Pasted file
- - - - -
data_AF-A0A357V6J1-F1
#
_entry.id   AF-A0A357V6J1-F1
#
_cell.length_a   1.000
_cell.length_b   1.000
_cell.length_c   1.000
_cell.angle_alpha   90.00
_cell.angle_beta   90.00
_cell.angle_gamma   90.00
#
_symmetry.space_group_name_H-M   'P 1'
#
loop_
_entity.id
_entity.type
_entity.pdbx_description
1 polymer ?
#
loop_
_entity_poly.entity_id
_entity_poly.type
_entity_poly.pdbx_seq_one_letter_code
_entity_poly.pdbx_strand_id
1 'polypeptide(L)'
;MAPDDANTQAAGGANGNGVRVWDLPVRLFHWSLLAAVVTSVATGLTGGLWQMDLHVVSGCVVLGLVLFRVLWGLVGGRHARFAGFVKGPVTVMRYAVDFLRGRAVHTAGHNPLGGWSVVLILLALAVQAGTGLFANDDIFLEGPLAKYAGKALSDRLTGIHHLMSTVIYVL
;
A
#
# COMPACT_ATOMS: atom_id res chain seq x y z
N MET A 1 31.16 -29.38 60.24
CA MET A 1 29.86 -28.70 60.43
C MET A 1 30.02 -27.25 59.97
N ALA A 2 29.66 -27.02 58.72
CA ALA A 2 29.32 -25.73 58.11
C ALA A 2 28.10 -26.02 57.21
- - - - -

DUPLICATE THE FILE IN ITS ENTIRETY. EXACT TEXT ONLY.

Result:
data_AF-A0A357V6J1-F1
#
_entry.id   AF-A0A357V6J1-F1
#
_cell.length_a   1.000
_cell.length_b   1.000
_cell.length_c   1.000
_cell.angle_alpha   90.00
_cell.angle_beta   90.00
_cell.angle_gamma   90.00
#
_symmetry.space_group_name_H-M   'P 1'
#
loop_
_entity.id
_entity.type
_entity.pdbx_description
1 polymer ?
#
loop_
_entity_poly.entity_id
_entity_poly.type
_entity_poly.pdbx_seq_one_letter_code
_entity_poly.pdbx_strand_id
1 'polypeptide(L)'
;MAPDDANTQAAGGANGNGVRVWDLPVRLFHWSLLAAVVTSVATGLTGGLWQMDLHVVSGCVVLGLVLFRVLWGLVGGRHARFAGFVKGPVTVMRYAVDFLRGRAVHTAGHNPLGGWSVVLILLALAVQAGTGLFANDDIFLEGPLAKYAGKALSDRLTGIHHLMSTVIYVL
;
A
#
# COMPACT_ATOMS: atom_id res chain seq x y z
N MET A 1 31.16 -29.38 60.24
CA MET A 1 29.86 -28.70 60.43
C MET A 1 30.02 -27.25 59.97
N ALA A 2 29.66 -27.02 58.72
CA ALA A 2 29.32 -25.73 58.11
C ALA A 2 28.10 -26.02 57.21